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Mary Immaculate | Fr. Kenneth Baker, S.J. | A Homily for the Feast of the Immaculate Conception | From the November 2007 issue of
Homiletic & Pastoral Review
Immaculate Conception—December 8 | Readings: Gen. 3:9-15, 20 | Eph. 1:3-6, 11-12 | Luke 1:26-38
Title: The Immaculate Conception
Purpose: (1) to show Mary's unique role in salvation
history (2) as understood from her titles and honors from God.
We live in a world abounding in sin and sinners. But it is a
world that denies the existence of sin. Why is that? Because sin is an offense
against God, and many do not believe in God. Therefore, if there is no God,
there cannot be any sin. But we are surrounded by sin and read about it and see
it in the news media every day—murder, adultery, abortion, sodomy, theft,
lies and so forth. Because of original sin and concupiscence, in various ways
we all offend God, some mortally and some venially. Today, however, we
celebrate the feast of one of us, one woman, who never committed a
sin—Mary of Nazareth, the Immaculate Mother of God.
What is the meaning of the term, "Immaculate Conception"? It
does not mean the conception of Jesus. It refers to the conception of Mary in
the normal way through the marital embrace of her parents, St. Anne and St.
Joachim. Because of the first sin of Adam and Eve, all human beings are
conceived without sanctifying grace, the life of the soul. Since the coming of
Christ, we can attain grace through baptism, but we are conceived and born
without God's grace. The Church teaches that God endowed Mary's soul with grace
from the first moment of her creation, so she was never under the power of
"Immaculate" means without stain. Since sin is a "stain" on
the soul, which should be pure in the sight of God, the Church believes that
Mary was conceived without the "stain" of original sin, which means the lack of
God's grace. One proof of this is taken from the greeting of the angel Gabriel
to Mary, "Hail, Mary, full of grace..." (Luke 1:28). Because she was full of
grace, Mary was most pleasing to God in all she was and did.
The prayers of today's Mass stress that Mary was "preserved"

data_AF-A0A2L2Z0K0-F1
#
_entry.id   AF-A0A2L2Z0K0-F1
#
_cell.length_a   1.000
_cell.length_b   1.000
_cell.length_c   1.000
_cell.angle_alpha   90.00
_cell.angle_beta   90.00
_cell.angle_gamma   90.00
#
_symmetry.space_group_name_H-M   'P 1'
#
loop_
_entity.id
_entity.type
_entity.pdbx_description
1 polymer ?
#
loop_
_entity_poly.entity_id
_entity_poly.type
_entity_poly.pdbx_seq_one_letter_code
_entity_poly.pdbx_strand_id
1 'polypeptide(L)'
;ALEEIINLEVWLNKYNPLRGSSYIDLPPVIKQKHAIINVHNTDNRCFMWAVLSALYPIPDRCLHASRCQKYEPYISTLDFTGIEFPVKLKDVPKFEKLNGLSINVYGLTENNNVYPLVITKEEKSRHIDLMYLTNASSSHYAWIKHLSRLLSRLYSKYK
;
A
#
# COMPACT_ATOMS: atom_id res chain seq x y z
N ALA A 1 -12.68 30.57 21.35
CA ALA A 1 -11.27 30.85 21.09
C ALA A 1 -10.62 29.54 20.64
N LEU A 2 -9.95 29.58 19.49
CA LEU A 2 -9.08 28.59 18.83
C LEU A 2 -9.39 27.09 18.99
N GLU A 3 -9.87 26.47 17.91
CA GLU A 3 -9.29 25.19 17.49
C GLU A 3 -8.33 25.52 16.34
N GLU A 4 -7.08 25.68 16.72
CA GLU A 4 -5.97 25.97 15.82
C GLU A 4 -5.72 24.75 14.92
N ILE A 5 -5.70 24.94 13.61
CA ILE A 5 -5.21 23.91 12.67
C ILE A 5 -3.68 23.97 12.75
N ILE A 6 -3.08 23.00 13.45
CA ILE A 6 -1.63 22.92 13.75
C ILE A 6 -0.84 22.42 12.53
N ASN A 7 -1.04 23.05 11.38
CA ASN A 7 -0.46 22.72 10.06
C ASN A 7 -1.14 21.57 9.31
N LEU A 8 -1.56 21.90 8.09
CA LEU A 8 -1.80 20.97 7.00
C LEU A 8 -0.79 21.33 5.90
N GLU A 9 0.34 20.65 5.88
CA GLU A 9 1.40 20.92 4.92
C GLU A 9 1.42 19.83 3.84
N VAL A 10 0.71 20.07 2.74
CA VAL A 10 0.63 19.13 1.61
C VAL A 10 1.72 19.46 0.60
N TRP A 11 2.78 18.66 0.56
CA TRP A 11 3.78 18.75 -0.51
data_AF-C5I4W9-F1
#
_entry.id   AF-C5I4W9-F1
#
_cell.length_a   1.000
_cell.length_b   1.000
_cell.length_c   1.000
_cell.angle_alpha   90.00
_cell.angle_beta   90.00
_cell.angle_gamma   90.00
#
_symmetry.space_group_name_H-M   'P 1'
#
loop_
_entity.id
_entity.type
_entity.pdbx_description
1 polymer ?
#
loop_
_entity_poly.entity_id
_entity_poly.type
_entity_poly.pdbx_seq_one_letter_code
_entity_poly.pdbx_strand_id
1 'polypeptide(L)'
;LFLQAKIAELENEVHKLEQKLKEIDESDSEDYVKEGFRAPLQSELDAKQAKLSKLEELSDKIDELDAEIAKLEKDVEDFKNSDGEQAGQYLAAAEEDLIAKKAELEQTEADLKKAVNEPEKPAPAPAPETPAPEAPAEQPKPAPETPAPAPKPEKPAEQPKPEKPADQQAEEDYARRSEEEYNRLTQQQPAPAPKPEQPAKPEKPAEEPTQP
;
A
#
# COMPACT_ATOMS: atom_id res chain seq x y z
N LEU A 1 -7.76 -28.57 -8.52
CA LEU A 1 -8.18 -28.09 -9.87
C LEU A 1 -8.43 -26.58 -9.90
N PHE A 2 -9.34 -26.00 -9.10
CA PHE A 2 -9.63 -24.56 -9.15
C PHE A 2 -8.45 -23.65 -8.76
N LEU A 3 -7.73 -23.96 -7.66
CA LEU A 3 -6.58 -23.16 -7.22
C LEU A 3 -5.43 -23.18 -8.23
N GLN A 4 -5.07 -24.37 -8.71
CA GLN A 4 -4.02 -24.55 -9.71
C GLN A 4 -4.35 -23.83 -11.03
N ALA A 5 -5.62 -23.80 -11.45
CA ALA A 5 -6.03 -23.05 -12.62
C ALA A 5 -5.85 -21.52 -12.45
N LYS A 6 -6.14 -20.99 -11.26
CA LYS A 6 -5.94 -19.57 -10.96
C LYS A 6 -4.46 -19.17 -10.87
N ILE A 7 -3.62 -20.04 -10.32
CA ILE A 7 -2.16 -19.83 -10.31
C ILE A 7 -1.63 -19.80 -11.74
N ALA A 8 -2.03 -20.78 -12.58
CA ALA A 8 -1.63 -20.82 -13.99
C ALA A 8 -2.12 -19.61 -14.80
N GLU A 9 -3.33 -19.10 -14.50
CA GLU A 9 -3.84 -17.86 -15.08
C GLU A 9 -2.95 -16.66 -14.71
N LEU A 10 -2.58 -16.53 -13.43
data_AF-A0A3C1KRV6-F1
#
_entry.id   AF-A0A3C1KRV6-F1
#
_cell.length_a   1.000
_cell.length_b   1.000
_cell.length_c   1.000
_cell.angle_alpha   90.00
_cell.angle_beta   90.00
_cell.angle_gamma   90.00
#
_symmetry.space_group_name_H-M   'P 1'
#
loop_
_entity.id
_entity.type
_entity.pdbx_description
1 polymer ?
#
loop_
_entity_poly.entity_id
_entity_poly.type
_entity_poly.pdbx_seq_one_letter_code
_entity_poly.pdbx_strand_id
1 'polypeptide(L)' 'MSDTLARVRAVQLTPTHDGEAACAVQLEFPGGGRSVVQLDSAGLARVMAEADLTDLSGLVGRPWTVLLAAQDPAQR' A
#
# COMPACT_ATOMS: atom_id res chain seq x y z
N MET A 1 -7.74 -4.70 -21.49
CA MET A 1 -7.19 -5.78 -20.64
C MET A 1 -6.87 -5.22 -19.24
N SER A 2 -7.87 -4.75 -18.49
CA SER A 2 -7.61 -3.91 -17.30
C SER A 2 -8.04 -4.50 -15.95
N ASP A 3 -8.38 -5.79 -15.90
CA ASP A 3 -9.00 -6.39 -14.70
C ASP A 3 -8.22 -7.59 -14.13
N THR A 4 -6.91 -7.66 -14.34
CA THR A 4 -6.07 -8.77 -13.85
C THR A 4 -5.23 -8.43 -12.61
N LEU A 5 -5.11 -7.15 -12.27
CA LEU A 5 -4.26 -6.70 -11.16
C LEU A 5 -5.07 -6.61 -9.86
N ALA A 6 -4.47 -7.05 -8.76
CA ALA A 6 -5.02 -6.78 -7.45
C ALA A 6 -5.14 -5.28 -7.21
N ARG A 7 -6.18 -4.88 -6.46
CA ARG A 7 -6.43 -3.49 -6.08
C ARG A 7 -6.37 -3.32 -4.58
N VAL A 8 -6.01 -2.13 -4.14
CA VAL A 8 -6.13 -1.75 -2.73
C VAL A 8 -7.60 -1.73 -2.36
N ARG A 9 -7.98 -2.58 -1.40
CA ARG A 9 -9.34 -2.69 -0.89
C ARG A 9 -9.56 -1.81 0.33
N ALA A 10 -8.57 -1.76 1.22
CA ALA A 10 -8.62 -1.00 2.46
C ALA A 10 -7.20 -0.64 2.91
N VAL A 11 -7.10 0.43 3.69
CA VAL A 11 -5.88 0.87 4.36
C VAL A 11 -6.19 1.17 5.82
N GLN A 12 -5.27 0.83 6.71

from sin. Jesus died on the Cross, rose from the dead and accomplished our
redemption. He is the fountain of supernatural life for us. We partake of that
through faith, baptism and the sacraments. So the Church teaches that Mary was
preserved from original sin by the foreseen merits of Jesus,
her son and her redeemer. Mary is, therefore, the first redeemed, the first
Christian; she is perfectly redeemed in every way—in soul and body and
Mary had a special mission in the redemption of mankind. So
God created her as a "fitting dwelling place" for his son Jesus, who crushed
the head of Satan (Gen. 3:15); Satan never had any power over him. He was to be
born of a woman who was totally free from sin, never under the power of the
devil. Just as God prepared a sinless paradise for Adam and Eve, so Mary is a
"second" sinless paradise where the Son of God will dwell nine months before
his birth in Bethlehem.
The Fathers compare Mary with Eve. In their view, which is
based on divine revelation in the Bible, Eve is the mother of all the
living—she gave us both life and death. Mary is the true mother of all
the living—those who live spiritually forever through her son. That is
why she is also called "Mother of the Church."
We were all conceived by our parents with original sin. Only
Mary was immaculately conceived. In a sense, this phrase sums up the total
reality of Mary and implies our whole Catholic faith in Jesus—Son of God
When little Bernadette asked the beautiful lady at Lourdes
her name, she said, "I am the Immaculate Conception." The poet got it right
when he summed up the reality of Mary in five words: "Our tainted nature's
Because she gave birth to the Savior, Mary is our mother in
the order of grace. In every way she cooperated with God in the redemption: "Behold
the handmaid of the Lord. Let it be done to me according to thy word" (Luke
1:38). Thus she was totally open to God, available, humble and obedient.
Children naturally tend to imitate their parents. We see in
Mary all the virtues of a perfect Christian. We should strive to imitate her,
since she is our mother. We should strive to imitate her faith, her hope and
her love—her love for Jesus and her willing cooperation in his work of
redemption, even to offering him to the Father on Calvary.
We should strive to imitate her sinlessness by avoiding all
mortal sin and all deliberate venial sins. We should ask her to obtain for us
the grace to avoid all deliberate sins—so we can be a "fitting dwelling
place" for divine grace.
In the New Testament Mary's last recorded words at Cana are,
"Do whatever he tells you" (John 2:5). If we love God, we should try to do
that. When we receive God's Son and Mary's son in Holy Communion today, let us
say to him: "Be it done to me as you desire."
"O Mary, conceived without sin, pray for us who have
recourse to thee."
Suggested reading: Catechism of the Catholic
Church, 411, 490-493.
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Kenneth Baker, S.J., is author of the best selling Fundamentals
of Catholicism (three volumes) and of the popular introduction to
the Scripture, Inside
He has been editor of Homiletic
& Pastoral Review for over thirty years.
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